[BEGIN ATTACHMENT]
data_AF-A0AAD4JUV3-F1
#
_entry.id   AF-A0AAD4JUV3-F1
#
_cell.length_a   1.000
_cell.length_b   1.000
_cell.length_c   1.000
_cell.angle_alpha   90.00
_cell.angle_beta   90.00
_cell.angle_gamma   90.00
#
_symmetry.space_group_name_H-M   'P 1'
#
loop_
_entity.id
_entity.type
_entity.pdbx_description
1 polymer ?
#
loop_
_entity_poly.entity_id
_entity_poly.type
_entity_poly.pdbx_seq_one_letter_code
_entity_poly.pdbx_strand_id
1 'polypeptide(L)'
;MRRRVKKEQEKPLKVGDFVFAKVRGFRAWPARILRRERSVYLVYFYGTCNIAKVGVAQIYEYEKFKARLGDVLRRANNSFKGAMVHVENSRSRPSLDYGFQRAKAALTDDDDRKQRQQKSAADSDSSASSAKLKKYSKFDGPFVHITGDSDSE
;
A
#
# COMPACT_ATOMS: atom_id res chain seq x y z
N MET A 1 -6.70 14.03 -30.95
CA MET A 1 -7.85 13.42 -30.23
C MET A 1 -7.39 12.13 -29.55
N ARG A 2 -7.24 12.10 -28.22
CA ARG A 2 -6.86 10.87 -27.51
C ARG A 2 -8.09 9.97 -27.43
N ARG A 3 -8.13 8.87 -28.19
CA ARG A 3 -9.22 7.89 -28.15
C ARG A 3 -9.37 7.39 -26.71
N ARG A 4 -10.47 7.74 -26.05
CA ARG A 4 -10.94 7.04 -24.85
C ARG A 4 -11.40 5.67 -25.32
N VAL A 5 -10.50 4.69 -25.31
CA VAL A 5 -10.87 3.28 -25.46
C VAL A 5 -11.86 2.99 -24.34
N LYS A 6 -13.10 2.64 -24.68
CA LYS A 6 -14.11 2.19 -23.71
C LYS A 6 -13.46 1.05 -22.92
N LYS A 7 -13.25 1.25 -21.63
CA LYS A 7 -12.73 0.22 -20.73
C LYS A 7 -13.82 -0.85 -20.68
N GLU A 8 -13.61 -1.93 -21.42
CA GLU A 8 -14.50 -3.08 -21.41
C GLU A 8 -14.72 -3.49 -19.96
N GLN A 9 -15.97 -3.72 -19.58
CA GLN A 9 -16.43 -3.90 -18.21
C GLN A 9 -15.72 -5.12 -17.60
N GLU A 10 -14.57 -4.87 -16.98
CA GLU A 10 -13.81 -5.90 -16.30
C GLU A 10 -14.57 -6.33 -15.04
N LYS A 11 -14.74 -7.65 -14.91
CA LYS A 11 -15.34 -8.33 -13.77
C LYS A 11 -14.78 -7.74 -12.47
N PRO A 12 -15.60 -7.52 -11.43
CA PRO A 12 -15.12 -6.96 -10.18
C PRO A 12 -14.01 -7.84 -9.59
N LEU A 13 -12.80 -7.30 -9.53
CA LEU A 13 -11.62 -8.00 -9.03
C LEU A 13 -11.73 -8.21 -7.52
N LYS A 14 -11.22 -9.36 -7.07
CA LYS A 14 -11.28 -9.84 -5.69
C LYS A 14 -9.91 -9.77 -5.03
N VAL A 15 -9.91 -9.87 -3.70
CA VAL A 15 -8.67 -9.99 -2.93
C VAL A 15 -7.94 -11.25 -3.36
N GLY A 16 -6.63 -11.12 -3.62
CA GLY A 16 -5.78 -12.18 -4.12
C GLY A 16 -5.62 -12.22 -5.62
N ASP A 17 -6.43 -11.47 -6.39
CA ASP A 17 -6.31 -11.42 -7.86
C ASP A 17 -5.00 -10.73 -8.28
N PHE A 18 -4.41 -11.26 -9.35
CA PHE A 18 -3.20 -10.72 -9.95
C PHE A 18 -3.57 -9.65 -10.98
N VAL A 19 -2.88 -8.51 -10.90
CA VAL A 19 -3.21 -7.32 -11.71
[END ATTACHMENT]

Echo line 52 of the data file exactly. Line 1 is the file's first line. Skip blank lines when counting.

N GLU A 8 -13.61 -1.93 -21.42